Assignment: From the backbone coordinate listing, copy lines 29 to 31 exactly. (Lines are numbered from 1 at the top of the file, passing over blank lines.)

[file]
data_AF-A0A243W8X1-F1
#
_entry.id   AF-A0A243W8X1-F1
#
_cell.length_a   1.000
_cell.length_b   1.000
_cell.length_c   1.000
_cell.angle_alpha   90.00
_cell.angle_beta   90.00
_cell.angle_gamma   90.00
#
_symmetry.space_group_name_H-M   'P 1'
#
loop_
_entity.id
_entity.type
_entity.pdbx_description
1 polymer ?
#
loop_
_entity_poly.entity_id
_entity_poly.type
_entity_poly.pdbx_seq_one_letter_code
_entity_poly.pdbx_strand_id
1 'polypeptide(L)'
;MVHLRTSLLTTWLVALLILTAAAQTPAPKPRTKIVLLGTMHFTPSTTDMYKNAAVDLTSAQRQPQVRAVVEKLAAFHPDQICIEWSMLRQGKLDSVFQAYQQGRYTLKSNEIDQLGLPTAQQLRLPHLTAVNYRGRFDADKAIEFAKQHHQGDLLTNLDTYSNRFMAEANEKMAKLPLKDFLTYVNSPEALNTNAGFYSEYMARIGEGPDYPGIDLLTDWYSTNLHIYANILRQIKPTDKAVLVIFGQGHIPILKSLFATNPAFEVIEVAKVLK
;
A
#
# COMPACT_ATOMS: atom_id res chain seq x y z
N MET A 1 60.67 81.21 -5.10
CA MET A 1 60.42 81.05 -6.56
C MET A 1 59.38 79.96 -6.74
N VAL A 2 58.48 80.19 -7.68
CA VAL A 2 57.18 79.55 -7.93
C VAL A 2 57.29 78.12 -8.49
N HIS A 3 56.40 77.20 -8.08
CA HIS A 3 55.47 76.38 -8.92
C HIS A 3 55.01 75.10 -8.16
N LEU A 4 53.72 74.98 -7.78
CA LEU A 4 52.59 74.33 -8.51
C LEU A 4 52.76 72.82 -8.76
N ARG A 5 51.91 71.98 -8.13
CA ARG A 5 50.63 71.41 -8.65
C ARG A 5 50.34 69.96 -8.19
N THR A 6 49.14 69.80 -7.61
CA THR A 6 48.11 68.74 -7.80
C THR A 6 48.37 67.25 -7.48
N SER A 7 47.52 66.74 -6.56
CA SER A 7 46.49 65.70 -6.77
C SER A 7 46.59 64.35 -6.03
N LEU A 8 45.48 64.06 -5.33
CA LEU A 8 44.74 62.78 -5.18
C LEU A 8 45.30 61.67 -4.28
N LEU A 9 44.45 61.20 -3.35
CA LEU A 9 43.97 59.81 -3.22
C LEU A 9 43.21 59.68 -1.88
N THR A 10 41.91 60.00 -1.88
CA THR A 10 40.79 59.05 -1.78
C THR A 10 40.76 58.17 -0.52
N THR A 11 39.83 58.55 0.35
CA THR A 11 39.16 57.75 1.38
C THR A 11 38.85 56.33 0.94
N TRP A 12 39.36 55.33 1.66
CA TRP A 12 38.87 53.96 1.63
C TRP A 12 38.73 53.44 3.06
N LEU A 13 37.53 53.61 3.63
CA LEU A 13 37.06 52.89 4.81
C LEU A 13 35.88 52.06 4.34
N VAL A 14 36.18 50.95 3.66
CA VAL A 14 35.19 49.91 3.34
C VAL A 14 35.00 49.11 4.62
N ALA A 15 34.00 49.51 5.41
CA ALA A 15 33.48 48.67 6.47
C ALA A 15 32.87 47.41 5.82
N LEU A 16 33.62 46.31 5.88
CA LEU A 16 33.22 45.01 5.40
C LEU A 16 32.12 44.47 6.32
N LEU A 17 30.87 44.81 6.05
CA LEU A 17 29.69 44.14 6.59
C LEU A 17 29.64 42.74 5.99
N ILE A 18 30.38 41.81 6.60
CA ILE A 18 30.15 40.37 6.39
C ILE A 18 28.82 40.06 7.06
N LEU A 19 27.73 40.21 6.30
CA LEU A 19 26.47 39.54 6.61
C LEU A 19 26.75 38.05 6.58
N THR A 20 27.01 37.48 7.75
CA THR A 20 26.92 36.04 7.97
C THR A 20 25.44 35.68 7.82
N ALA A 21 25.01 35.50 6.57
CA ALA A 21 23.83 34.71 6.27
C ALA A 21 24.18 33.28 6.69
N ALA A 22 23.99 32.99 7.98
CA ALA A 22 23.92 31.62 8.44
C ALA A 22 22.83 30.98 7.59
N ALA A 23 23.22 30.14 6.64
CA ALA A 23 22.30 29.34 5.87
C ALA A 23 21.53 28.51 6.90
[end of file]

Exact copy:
#
# COMPACT_ATOMS: atom_id res chain seq x y z
N MET A 1 60.67 81.21 -5.10